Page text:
Many of us strive to achieve the American dream just once in our lifetimes. But Vernon Jackson has already lived two versions of the American dream: invention and reinvention.
Once a tech millionaire, this pastor from Louisville, Ky., thought his telecommunications device would bring him wealth and success. And it did, but only for a time. Ultimately, his business dealings landed him in prison.
Jackson's story is about making it big, blowing it even bigger — and coming back, renewed.
Today, he can laugh about his roller-coaster-like transformation.
Ruben Bermudez stands in front of a sign that says in Spanish, "To love yourself is to protect yourself." He has struggled to remain eligible for AIDS drug assistance programs since he went on treatment four years ago.
When Ruben Bermudez, 31, found out that he had HIV more than a decade ago, he didn't want to take his medicine. He went on treatment for a few weeks, but said the intensive pill regimen made him feel dizzy.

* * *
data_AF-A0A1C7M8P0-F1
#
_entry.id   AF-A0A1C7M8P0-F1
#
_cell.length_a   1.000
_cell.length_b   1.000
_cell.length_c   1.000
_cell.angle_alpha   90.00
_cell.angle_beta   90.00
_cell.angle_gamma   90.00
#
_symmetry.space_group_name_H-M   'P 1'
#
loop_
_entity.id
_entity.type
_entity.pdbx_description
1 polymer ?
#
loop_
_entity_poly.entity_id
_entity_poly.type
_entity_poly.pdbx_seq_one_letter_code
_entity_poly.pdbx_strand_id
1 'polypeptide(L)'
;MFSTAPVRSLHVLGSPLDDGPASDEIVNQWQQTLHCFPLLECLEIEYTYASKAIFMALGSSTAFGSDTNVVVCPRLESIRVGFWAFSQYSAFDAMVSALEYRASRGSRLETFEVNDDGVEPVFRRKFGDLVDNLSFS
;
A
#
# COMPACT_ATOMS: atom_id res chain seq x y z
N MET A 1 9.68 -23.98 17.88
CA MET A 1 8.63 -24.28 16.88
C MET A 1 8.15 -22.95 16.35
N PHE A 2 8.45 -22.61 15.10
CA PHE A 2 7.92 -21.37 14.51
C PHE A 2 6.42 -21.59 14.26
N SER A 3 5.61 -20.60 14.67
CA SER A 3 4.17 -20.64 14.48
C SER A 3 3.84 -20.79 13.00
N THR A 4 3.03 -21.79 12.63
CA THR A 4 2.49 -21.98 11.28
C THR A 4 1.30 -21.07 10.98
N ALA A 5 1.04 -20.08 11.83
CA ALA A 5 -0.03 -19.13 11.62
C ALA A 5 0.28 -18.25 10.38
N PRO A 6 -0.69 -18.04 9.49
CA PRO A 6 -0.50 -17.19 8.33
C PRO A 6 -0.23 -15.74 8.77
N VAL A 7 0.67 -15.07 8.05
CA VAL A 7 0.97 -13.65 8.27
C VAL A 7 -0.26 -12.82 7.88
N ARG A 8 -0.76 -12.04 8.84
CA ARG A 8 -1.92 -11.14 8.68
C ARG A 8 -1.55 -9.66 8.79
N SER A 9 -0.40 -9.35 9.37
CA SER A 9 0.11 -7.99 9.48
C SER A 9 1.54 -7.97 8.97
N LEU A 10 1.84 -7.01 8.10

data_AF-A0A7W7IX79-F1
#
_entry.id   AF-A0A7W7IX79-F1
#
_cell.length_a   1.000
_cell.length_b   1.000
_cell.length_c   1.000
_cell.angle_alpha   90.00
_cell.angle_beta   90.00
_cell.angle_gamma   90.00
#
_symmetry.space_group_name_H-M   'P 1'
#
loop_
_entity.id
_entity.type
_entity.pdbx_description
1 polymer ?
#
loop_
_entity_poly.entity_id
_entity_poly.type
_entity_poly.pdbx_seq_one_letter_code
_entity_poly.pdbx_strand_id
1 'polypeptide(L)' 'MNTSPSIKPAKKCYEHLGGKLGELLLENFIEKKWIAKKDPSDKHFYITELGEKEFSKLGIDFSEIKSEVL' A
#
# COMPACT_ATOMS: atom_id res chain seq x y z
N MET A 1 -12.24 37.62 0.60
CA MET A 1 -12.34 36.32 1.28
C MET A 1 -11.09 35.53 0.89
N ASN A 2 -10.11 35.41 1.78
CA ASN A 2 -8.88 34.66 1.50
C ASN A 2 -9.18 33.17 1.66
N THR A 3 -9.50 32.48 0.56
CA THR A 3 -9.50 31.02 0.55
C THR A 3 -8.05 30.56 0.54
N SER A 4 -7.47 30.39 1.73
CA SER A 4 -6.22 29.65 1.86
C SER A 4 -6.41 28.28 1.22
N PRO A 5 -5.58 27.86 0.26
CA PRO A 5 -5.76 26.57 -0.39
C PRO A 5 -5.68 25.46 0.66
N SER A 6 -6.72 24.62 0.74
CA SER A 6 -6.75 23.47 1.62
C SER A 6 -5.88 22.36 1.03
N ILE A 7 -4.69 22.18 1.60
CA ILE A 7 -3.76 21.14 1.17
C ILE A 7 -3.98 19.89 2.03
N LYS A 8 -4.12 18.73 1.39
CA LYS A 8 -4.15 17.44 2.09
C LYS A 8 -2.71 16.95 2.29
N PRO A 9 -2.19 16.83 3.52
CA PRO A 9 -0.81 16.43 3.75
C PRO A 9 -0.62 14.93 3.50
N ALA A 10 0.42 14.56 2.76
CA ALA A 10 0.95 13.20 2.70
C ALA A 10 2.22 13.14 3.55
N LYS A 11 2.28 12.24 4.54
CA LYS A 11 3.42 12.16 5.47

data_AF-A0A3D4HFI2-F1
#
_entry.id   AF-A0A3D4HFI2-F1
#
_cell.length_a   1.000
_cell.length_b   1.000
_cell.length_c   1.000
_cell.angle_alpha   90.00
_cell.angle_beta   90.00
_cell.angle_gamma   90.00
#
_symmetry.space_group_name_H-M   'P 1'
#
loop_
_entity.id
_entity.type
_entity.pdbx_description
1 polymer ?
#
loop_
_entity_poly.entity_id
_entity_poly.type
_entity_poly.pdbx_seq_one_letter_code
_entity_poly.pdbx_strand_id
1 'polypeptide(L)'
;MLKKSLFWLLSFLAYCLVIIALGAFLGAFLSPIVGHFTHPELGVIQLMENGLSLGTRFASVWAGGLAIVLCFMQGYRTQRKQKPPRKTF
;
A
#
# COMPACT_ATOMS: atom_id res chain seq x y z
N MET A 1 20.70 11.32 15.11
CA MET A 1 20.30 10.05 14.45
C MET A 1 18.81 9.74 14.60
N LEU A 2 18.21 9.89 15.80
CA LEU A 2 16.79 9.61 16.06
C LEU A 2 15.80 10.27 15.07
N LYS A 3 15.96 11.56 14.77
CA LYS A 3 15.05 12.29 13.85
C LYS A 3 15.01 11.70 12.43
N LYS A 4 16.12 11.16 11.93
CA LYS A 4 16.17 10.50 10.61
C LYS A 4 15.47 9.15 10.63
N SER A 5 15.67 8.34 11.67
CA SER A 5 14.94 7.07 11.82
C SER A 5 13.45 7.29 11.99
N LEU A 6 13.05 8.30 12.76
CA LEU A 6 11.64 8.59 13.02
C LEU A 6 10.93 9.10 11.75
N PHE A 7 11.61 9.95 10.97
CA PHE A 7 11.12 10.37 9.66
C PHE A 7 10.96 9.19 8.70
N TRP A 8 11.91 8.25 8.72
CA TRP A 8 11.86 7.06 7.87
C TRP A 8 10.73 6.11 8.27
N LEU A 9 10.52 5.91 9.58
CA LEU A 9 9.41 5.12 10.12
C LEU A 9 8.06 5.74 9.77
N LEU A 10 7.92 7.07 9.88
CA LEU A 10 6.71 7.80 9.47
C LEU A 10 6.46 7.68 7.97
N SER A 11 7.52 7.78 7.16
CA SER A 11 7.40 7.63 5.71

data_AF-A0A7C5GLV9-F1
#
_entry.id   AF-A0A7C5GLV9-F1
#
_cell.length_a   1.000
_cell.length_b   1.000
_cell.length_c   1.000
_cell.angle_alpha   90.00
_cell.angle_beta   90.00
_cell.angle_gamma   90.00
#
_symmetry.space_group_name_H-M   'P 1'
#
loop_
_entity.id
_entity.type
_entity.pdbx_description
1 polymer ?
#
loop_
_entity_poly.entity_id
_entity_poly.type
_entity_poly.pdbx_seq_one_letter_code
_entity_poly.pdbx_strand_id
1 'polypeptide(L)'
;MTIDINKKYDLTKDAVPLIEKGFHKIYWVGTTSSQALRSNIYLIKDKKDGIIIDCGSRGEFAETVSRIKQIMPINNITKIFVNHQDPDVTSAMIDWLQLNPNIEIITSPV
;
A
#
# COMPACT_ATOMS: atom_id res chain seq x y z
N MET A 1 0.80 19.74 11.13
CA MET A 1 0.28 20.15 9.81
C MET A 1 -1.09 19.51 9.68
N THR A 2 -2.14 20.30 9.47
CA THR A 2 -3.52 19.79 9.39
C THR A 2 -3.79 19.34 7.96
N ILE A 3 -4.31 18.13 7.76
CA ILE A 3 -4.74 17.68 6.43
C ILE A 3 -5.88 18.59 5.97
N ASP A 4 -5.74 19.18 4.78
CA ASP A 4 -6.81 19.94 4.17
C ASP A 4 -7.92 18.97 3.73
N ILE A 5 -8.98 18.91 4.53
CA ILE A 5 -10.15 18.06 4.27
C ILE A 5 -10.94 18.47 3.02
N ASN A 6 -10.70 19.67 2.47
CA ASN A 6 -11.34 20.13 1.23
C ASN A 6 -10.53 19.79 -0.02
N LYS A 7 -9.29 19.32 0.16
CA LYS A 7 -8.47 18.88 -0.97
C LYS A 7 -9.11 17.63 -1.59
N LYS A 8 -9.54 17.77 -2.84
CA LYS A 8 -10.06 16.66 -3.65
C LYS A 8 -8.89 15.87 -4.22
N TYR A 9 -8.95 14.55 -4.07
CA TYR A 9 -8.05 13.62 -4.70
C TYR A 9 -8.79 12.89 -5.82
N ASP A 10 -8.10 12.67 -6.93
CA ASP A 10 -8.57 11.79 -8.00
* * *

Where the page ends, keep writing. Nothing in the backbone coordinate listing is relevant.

He stopped treatment and tried to ignore the diagnosis, moving to Florida from Washington in pursuit of sunshine. In 2008, he learned that one of his best friends died of a brain tumor that couldn't be treated because his immune system has been debilitated by AIDS. Bermudez realized that his only chance at a relatively healthy life would depend on taking pills daily.
In San Francisco today, a federal judge gave preliminary approval to a multimillion dollar settlement. It comes in response to a class action lawsuit over the cost of LCD computer and television screens. The deal, once it's finalized, will be the largest settlement ever in a class action case about price-fixing.
Atlanta-based Chick-fil-A has long stood by its Bible-based roots, keeping stores closed on Sundays and donating millions to Christian causes. But when its president, Dan Cathy, went public to defend his company's stance against gay marriage, he set off a considerable controversy that has everyone from politicians to puppets weighing in.